Deakin researchers seek shared risk factors of obesity and eating disordersMedia release
The number of people suffering both an eating disorder and obesity has ballooned in the past two decades, prompting Deakin University researchers to join a new global study to investigate why.
Deakin is coordinating the Australian component of the study, working with collaborators at Swinburne University, James Cook University and Queensland University of Technology to identify the shared risk factors of obesity and eating disorders, in the hope of developing preventative measures that address both at the same time.
Researcher Dr Gemma Tatangelo, from Deakin's School of Psychology, said those in danger of developing an eating disorder and those at risk of obesity had a lot more in common than people might think.
Dr Tatangelo said some common risk factors included teasing from peers and family, body dissatisfaction, unhealthy weight control behaviours, and a family's concern for weight or shape.
"Worryingly, body dissatisfaction has been identified as one of the three top ranked issues of concern for young people in Australia, and this is a risk factor for both eating disorders and obesity," she said.
"It's concerning to see that eating disorders are becoming increasingly prevalent in men and boys, especially when we know that anorexia nervosa has the highest mortality rate of any psychiatric disorder."
In Australia it's estimated around one in six people over the age of 15 are affected by an eating disorder. And the proportion of Australian adults with obesity reached 28 per cent in 2015.
"The prevalence of obesity and eating disorders are both independently increasing in Australia," Dr Tatangelo said.
"In addition, the occurrence of comorbidity between obesity and eating disorders - individuals experiencing both conditions - also appears to be increasing over time.
"Research shows that people with bulimia nervosa and binge eating disorders are more likely to be obese than people without these disorders.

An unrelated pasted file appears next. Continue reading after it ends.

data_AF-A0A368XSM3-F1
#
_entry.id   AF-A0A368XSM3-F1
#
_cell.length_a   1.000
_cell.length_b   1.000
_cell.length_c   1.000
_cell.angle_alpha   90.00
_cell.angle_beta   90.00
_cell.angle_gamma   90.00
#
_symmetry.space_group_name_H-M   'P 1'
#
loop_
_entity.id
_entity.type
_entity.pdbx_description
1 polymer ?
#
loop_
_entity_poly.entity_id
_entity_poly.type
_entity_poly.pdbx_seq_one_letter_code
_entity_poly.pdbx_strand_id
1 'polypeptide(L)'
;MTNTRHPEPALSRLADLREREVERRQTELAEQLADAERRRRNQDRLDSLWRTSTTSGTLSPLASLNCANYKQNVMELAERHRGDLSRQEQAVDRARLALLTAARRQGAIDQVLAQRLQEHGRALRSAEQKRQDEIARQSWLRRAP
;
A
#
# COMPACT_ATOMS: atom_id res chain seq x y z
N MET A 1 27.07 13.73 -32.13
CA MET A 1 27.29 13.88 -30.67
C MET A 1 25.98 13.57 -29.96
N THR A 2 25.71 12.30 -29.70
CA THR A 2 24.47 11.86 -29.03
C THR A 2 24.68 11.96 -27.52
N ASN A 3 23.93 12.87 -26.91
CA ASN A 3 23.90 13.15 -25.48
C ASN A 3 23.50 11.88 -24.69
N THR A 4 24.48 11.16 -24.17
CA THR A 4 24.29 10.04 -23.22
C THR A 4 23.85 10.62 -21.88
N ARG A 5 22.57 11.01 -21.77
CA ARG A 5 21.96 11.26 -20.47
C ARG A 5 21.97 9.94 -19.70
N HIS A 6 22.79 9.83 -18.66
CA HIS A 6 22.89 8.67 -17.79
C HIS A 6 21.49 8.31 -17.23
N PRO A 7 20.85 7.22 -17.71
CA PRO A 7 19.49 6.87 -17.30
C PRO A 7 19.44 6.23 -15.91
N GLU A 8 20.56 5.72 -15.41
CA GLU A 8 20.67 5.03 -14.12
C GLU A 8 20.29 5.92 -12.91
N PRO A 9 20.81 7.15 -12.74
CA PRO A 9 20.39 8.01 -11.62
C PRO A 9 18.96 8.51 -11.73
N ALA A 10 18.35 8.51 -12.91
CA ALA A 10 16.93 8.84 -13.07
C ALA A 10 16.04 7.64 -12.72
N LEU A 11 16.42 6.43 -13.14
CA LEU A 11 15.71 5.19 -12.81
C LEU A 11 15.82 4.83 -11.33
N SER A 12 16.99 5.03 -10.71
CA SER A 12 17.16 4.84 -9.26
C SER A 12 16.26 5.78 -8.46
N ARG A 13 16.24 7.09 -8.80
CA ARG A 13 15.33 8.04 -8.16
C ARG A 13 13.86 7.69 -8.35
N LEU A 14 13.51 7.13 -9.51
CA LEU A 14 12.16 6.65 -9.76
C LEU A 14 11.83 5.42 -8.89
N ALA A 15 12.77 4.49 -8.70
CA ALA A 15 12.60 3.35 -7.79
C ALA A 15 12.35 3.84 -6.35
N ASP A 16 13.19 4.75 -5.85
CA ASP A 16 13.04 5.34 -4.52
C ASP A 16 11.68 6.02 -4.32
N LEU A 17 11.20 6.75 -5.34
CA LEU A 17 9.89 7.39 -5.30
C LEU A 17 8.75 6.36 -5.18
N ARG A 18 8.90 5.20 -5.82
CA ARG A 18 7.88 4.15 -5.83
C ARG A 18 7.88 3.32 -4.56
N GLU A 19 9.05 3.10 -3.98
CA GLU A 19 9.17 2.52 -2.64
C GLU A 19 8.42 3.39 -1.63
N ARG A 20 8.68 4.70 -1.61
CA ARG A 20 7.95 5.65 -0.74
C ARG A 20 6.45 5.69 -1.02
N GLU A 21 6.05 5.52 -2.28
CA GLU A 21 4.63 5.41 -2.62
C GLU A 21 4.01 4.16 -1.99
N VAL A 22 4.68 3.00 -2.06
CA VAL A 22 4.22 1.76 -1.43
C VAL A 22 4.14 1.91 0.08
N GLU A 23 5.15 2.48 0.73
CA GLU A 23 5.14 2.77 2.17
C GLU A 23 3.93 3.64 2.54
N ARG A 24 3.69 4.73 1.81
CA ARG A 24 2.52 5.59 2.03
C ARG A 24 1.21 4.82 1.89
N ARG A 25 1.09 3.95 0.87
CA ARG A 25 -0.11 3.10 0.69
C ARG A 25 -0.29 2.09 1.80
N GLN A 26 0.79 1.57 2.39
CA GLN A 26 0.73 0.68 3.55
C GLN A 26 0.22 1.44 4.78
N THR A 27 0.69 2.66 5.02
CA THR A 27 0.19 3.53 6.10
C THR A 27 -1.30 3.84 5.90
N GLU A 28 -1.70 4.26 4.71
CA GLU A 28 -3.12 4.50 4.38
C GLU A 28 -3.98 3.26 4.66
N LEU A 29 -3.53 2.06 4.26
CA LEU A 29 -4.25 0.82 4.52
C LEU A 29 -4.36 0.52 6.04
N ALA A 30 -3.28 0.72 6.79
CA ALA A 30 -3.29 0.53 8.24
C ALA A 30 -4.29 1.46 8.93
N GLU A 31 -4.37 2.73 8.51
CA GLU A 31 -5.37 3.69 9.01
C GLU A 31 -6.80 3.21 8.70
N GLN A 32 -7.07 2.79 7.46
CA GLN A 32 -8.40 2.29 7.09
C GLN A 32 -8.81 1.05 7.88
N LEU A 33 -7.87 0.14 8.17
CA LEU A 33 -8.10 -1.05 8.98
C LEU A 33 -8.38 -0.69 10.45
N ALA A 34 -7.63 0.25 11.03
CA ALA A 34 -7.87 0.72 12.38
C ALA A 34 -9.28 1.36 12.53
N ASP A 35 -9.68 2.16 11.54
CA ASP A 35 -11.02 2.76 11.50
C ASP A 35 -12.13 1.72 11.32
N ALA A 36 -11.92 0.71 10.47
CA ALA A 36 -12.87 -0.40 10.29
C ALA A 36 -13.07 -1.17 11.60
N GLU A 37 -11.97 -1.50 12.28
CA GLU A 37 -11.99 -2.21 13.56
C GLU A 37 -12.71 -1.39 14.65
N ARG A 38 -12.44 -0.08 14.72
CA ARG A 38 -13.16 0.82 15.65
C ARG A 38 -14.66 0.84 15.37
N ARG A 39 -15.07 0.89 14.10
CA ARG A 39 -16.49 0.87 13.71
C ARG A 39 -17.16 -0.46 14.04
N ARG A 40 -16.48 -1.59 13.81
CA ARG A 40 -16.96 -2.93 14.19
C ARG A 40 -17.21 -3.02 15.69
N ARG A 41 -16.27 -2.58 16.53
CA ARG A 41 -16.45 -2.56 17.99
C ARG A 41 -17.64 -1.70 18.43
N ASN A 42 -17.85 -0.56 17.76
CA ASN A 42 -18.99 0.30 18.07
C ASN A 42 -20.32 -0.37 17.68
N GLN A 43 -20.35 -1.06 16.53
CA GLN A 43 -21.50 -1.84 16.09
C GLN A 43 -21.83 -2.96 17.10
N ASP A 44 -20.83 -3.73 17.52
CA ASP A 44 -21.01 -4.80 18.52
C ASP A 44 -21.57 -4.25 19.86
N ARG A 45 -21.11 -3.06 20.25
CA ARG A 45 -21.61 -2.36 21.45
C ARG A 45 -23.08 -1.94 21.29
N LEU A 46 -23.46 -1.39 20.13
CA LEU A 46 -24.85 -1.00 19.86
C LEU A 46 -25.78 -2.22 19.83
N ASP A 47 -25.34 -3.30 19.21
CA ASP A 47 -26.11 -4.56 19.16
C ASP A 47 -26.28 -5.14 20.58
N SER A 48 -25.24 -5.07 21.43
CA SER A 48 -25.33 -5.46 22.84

"It also shows that the prevalence of people with obesity and a binge eating disorder has increased seven-fold over the past 20 years. And the prevalence of people with obesity and very strict dieting has increased 11-fold over the same period."
Dr Tatangelo said insights from the global survey could help inform the development of prevention and intervention programs that could be rolled out simultaneously, allowing more "bang for buck" when it came to health spending.
"If we can isolate the factors that really matter for both, then we can consolidate interventions into one efficient program, which can hopefully drive more successful outcomes," she said.
Over the next six months, researchers from universities across the world will survey 10 different countries with diverse cultural backgrounds - Australia, Spain, Italy, UK, US, Canada, Belgium, Japan, China and Iran - to discern which risk factors are shared and which are location specific.
The anonymous online survey is open to 18 to 30 year olds, and researchers hope to get 600 Australians to fill it out.
It takes about an hour to complete, and includes questions that address potential risk factors, as well as physical measurements like BMI.
Dr Tatangelo said the study was part of an increasing discussion in global public health to try to find the common factors that underpinned multiple conditions, and interventions that worked across multiple conditions.
"We want to find the things that are fundamental and core to driving good physical and mental health, and have a huge impact on people's lives," she said.
To find out more about the survey visit www.bit.ly/Obesity_DisorderedEating.
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